Steroids for asthma may lower inflammation but carry chronic side-effects

If you don’t have asthma, I’m willing to bet you know someone who does. The Centers for Disease Control and Prevention (CDC) reports that 1 in 13 people have this inflammatory lung condition. Personally, I have two close friends who have it, and I’ve seen how it can impact them…

When their asthma is flaring up, even a casual walk in the park is a struggle. They have a hard time breathing and may even need to sit down to keep their asthma from going from bad to worse… and by worse, I mean accelerating into a serious or even life-threatening asthma attack.

The fact is, every day, about 10 people in the U.S. die from asthma. And adults are roughly four times more likely to die from asthma than children. So, it’s definitely not a condition to be taken lightly. It needs to be managed and treated appropriately.

The most popular treatment is inhalers. But oral steroid tablets are often prescribed for asthma too. In fact, new research shows they’re prescribed a little more often than is safe based on their serious side effects…

Oral steroids are being overprescribed and it’s causing chronic health problems

As you probably know, steroids are a quick way to bring down inflammation. But they also come with heavy-duty side effects like the development of serious and chronic health problems. That’s why they’re best used in moderation. For people with asthma, for example, taking an oral steroid makes sense when you’re having a serious asthma attack, but not for maintenance of the condition.

Unfortunately, research shows oral steroids are being taken too often, and they’re wreaking havoc on the health of asthma sufferers.

Researchers from the University of Queensland in Australia found that over a quarter of people with asthma were prescribed potentially dangerous amounts of steroid tablets and that they were at a much higher risk for serious side effects as a result.

These researchers looked at more than 120,000 instances where people with asthma were given one or more steroid tablet prescriptions by their doctor between 2014 and 2018. And they found that 25 percent of these people were more likely to have a chronic condition, like diabetes, osteoporosis or cataracts.

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Now, I know what you’re thinking… this is happening in Australia. What about the U.S.?

Well, doctors in the U.S. aren’t exactly known for their cautious, moderate approach to doling out prescriptions… and it’s no different with the oral steroids prescribed for asthma. In fact, a few years ago, researchers from Baylor College of Medicine found that oral steroids are being substantially overprescribed for children with asthma in the U.S.

So, what’s the solution? A better use of inhalers, according to researchers.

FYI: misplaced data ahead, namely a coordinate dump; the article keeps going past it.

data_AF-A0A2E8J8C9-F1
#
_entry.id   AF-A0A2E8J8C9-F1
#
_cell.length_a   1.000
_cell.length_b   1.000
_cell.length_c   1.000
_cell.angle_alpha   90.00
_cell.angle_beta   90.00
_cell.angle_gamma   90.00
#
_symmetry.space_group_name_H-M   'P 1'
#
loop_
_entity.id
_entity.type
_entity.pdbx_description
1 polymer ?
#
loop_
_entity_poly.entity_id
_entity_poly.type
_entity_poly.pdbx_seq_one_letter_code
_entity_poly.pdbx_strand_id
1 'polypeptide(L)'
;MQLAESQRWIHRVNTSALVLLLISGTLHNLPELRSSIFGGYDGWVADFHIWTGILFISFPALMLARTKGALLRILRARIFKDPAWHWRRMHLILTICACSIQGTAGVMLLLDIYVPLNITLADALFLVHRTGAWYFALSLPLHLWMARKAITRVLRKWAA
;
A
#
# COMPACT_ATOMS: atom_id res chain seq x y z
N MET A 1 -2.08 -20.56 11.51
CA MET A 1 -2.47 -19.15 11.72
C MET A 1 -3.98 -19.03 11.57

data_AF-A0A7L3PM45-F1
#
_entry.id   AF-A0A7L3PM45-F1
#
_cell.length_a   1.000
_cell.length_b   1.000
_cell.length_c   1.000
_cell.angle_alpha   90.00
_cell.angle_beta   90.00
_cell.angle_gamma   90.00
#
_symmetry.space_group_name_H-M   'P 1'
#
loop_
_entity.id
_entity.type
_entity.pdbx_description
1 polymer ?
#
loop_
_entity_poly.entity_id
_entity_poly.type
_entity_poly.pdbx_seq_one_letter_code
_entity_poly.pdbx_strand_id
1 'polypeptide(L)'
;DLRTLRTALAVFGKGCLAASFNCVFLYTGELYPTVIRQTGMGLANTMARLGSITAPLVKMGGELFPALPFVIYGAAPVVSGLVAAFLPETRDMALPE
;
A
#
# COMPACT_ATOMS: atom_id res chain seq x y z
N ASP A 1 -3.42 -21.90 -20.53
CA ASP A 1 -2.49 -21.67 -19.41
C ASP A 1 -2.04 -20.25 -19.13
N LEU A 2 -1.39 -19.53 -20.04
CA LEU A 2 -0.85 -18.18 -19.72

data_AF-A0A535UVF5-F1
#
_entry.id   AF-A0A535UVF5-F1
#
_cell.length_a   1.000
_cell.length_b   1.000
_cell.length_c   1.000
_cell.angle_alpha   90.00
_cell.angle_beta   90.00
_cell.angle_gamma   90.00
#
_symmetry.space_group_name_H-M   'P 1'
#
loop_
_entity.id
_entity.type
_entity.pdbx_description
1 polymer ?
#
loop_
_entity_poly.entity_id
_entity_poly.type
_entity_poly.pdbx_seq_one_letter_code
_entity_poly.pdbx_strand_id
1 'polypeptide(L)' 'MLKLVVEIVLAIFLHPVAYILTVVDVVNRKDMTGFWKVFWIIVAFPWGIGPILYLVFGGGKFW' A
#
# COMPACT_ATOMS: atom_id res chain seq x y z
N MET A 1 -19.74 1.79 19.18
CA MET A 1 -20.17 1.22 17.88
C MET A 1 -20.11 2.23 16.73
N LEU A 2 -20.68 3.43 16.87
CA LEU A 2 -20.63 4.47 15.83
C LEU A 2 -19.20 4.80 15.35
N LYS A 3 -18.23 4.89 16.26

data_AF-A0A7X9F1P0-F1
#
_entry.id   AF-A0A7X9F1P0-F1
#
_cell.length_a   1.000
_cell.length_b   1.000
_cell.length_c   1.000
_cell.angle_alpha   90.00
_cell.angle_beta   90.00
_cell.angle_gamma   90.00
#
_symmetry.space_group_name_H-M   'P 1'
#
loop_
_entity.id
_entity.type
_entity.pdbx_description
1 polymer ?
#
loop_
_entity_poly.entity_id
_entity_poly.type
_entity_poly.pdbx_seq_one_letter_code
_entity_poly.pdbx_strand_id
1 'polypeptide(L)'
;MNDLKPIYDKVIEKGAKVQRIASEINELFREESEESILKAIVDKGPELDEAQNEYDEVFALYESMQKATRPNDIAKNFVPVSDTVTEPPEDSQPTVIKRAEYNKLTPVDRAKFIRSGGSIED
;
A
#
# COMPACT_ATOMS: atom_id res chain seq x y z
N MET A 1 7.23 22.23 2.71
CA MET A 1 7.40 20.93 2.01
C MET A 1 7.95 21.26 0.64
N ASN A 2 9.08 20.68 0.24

How preventer inhalers can prevent the need for oral steroids

In this latest study, researchers determined that half of asthma sufferers given multiple prescriptions for steroid tablets were not using inhalers as often as they should. They should be using something called preventer inhalers.

You see, you may or may not know that there are two types of inhalers, preventer inhalers and reliever inhalers. Reliever inhalers are what you use when you’re having an asthma attack. But preventer inhalers are used to control inflammation daily, so you don’t need the reliever inhaler (or oral steroid prescriptions) as often.

What else can you do to tame asthma without resorting to oral steroids?

There are a variety of natural remedies that can help reduce inflammation, like fish oil, a practice known as nasal rinsingvitamin Cvitamin D and one you may not be as familiar with, Nigella sativa — also known as black seed oil or golden oil. My colleague Virginia Tims-Lawson shared a study that indicted N. sativa was an effective anti-inflammatory that inhibited histamine release. The study authors felt it had potential for asthma therapy and prevention.

If you combine these remedies with the proper use of your inhalers, hopefully, your asthma symptoms will stay well managed and your doctor’s prescription pad will stay in her pocket.

Sources:

Asthma patients given risky levels of steroid tablets — MedicalXpress.

Researchers find overprescribing of oral corticosteroids in children with asthma — MedicalXpress.

Asthma — Mayo Clinic.

Asthma Facts and Figures — Asthma and Allergy Foundation of America.

Preventer inhalers —Asthma UK.

Jenny Smiechowski

By Jenny Smiechowski

Jenny Smiechowski is a Chicago-based freelance writer who specializes in health, nutrition and the environment. Her work has appeared in online and print publications like Chicagoland Gardening magazine, Organic Lifestyle Magazine, BetterLife Magazine, TheFix.com, Hybridcars.com and Seedstock.com.